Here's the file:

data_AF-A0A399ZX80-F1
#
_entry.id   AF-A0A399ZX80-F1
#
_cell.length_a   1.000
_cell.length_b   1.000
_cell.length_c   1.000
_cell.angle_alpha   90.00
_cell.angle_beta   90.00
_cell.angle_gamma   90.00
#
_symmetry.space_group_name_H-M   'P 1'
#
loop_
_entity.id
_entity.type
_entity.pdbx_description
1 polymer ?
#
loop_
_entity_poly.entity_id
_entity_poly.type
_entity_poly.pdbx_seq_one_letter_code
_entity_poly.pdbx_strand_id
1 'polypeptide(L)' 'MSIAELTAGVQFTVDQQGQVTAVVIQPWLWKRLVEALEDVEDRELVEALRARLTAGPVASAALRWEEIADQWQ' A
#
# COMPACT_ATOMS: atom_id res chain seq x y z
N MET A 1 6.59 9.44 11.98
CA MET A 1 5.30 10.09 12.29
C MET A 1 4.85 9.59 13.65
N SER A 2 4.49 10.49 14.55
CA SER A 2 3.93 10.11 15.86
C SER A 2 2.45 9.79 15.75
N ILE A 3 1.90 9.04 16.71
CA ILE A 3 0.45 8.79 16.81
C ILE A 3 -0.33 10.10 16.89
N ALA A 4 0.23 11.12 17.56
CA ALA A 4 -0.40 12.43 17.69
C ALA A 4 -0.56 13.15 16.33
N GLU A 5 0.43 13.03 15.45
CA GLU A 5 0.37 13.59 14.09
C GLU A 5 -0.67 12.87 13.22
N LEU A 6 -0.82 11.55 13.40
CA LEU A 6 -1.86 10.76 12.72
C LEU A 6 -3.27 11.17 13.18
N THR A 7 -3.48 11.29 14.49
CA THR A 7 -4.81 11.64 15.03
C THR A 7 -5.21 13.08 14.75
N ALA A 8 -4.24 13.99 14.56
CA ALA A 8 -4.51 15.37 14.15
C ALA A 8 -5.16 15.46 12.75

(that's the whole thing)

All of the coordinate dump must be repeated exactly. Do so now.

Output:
data_AF-A0A399ZX80-F1
#
_entry.id   AF-A0A399ZX80-F1
#
_cell.length_a   1.000
_cell.length_b   1.000
_cell.length_c   1.000
_cell.angle_alpha   90.00
_cell.angle_beta   90.00
_cell.angle_gamma   90.00
#
_symmetry.space_group_name_H-M   'P 1'
#
loop_
_entity.id
_entity.type
_entity.pdbx_description
1 polymer ?
#
loop_
_entity_poly.entity_id
_entity_poly.type
_entity_poly.pdbx_seq_one_letter_code
_entity_poly.pdbx_strand_id
1 'polypeptide(L)' 'MSIAELTAGVQFTVDQQGQVTAVVIQPWLWKRLVEALEDVEDRELVEALRARLTAGPVASAALRWEEIADQWQ' A
#
# COMPACT_ATOMS: atom_id res chain seq x y z
N MET A 1 6.59 9.44 11.98
CA MET A 1 5.30 10.09 12.29
C MET A 1 4.85 9.59 13.65
N SER A 2 4.49 10.49 14.55
CA SER A 2 3.93 10.11 15.86
C SER A 2 2.45 9.79 15.75
N ILE A 3 1.90 9.04 16.71
CA ILE A 3 0.45 8.79 16.81
C ILE A 3 -0.33 10.10 16.89
N ALA A 4 0.23 11.12 17.56
CA ALA A 4 -0.40 12.43 17.69
C ALA A 4 -0.56 13.15 16.33
N GLU A 5 0.43 13.03 15.45
CA GLU A 5 0.37 13.59 14.09
C GLU A 5 -0.67 12.87 13.22
N LEU A 6 -0.82 11.55 13.40
CA LEU A 6 -1.86 10.76 12.72
C LEU A 6 -3.27 11.17 13.18
N THR A 7 -3.48 11.29 14.49
CA THR A 7 -4.81 11.64 15.03
C THR A 7 -5.21 13.08 14.75
N ALA A 8 -4.24 13.99 14.56
CA ALA A 8 -4.51 15.37 14.15
C ALA A 8 -5.16 15.46 12.75